The number of children in foster care in South Carolina grew substantially over the past five years, even as the number of available foster beds declined by more than 650, a new report shows.
And this happened while the Department of Social Services launched an ambitious campaign last year called “Champions for Children" to recruit an additional 1,500 foster families.
But recent efforts don't seem to be working, said John Kelly, editor-in-chief of The Chronicle for Social Change, which published the new report on Wednesday.
He said that South Carolina proposed to the federal government a "regionalization" of foster home recruitment, with the goal of increasing the number of homes in the state between 2015 and 2019.
"The results from this research show that clearly, thus far, that has not been successful in increasing the overall number of homes," Kelly said.
The Chronicle for Social Change report found South Carolina ranked third worst in the decline of available foster beds between 2012 and 2017. Only Washington, D.C., and Nebraska lost more foster home beds during those years. The research identified 11 other states where the number of beds also declined between 2012 and 2017. Fifteen states were not able to "make a basic determination of capacity" and were not included in the report.
Chrysti Shain, a spokeswoman for the S.C. Department of Social Services, acknowledged that this state needs about 1,300 more foster homes.
To that end, she said, the agency hired a full-time foster care recruiter about a year ago and recently began "a recruiting blitz" in Spartanburg, with TV spots, news articles and a 5K race. A similar blitz is planned in the Charleston region starting this month, she said.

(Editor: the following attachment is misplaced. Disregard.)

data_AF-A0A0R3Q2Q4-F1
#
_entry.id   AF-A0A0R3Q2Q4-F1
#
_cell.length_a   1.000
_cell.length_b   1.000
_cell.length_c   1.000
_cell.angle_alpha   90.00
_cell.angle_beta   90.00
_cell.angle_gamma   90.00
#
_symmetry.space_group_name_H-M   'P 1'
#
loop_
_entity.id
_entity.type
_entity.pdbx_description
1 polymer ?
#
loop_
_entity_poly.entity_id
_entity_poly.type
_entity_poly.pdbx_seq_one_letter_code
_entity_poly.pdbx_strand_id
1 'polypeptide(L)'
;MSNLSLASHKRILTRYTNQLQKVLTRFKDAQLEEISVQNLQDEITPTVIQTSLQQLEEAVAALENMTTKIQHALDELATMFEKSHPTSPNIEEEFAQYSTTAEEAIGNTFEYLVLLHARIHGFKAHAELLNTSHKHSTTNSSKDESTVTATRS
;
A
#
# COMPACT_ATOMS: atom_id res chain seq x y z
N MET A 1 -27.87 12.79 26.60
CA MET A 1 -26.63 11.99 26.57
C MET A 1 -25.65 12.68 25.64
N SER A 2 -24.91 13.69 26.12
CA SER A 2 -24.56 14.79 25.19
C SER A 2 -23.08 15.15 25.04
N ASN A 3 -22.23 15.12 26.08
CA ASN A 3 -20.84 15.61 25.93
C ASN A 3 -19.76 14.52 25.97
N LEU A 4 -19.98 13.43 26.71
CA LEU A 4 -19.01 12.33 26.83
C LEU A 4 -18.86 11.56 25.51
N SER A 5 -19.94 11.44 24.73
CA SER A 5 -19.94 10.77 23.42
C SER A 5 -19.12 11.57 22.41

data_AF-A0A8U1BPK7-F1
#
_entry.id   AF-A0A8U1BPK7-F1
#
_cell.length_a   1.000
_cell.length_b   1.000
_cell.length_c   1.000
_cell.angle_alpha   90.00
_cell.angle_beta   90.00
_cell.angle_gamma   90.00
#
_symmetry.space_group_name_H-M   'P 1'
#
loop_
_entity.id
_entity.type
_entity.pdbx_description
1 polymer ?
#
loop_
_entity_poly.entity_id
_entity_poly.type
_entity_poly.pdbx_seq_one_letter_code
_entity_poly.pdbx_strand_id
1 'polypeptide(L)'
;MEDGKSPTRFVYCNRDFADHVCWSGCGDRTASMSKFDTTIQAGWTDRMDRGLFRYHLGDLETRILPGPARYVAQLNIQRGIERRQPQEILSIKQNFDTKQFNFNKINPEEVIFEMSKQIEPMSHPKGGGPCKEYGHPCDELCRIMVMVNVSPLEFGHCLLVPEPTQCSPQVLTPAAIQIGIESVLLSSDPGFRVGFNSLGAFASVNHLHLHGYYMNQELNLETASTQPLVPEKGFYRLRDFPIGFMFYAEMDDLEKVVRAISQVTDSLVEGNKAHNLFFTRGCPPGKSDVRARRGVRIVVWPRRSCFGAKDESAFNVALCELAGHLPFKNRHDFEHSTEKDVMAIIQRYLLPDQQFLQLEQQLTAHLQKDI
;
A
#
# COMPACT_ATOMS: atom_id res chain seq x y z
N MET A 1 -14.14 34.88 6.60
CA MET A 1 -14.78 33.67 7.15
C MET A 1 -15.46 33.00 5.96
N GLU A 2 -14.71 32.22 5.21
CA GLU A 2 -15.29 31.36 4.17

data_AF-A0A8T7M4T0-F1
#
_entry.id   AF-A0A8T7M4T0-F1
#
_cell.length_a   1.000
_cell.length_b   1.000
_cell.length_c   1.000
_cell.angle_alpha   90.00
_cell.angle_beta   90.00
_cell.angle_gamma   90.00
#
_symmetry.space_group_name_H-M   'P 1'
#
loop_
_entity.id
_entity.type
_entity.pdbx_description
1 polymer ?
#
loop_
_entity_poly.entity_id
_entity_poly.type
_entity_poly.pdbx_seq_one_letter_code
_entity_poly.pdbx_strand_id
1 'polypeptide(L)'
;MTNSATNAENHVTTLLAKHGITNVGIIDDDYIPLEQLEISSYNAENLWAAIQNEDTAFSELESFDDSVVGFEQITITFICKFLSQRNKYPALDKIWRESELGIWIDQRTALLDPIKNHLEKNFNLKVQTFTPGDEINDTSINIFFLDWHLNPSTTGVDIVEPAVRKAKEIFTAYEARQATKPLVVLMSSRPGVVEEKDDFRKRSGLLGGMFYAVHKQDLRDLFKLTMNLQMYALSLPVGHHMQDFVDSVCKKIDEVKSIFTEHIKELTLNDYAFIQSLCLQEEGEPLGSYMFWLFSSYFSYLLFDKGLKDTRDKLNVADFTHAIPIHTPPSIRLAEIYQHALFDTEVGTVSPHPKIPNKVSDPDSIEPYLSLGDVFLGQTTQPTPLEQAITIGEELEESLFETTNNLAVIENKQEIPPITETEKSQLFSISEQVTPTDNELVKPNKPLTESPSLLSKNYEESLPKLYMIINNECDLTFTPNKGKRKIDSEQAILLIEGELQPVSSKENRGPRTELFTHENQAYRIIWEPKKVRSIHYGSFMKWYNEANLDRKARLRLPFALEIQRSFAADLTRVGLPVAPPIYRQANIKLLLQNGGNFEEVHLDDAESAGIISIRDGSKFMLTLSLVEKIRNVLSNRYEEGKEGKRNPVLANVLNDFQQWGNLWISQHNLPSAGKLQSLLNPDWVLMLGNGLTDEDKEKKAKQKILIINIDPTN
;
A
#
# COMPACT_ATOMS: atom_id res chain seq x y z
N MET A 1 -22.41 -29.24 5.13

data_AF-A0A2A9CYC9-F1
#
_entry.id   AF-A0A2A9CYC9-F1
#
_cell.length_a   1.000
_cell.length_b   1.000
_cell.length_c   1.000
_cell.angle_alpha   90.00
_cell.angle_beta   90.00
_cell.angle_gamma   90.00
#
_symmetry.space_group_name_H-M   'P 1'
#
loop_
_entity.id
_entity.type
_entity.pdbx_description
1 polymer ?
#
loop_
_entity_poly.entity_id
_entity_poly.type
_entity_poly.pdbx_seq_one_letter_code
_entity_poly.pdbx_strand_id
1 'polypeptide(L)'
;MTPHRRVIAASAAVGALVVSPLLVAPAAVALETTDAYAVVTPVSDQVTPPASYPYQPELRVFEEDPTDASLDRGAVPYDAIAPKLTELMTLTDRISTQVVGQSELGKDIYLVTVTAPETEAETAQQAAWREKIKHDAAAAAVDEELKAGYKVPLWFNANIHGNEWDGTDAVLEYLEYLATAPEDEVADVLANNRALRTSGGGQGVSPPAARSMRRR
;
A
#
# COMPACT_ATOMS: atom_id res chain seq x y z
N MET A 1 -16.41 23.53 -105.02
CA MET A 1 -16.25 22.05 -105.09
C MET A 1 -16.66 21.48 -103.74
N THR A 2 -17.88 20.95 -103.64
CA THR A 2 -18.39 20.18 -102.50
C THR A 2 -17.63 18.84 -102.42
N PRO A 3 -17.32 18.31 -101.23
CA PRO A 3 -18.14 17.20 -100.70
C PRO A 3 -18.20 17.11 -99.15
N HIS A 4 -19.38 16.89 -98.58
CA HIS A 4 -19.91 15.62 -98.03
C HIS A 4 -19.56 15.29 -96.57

Shain also explained that available space in foster homes may have declined because some of those foster families adopted children in state custody.
"That means the child comes out of foster care, but it also means that the family is no longer a foster family," Shain said. "That’s one reason the numbers fluctuate frequently."
Meanwhile, in South Carolina, the number of foster children climbed from 3,113 in 2012 to more than 4,000 earlier this year.
Jim Kenny, a retired psychologist and foster care expert, said the problem is largely tied to the fact that foster parents aren't paid enough money to participate.
The national average each family receives is $24 per child per day, he said, and the rates paid to foster families in South Carolina have been historically lower. At most, foster families in this state receive about $18 a day to care for a teenager, according to the Department of Social Services. Families that take in younger children are paid as little as $14 a day in South Carolina.
"(The national average) falls a good bit short of what is required," Kenny said. "Foster parents are basically volunteers. ... It may have made sense 50, 60 years ago, but today it doesn’t."
Compounding the capacity problem in South Carolina, very few foster children in this state are placed with relatives when they are removed from their homes. In this regard, South Carolina also ranks near the bottom of all states.
Here, only 6 percent of foster children were placed with kin in 2015. On the other end of the spectrum — in Arizona, Florida, Hawaii and Montana — at least 45 percent of foster children were placed with relatives.
The Post and Courier published an investigation in 2015 that found an abnormally high number of South Carolina's youngest foster children were placed in group homes and institutions. Even then, the state struggled with available space in foster homes.
According to data provided by the Department of Social Services, approximately 4,100 children in South Carolina were enrolled in the foster care system on June 30. About 22 percent lived in a congregate care setting, such as a group home; 66 percent lived in a foster home; and about 6 percent lived with a relative. Another 6 percent lived in a "pre-adoptive" home.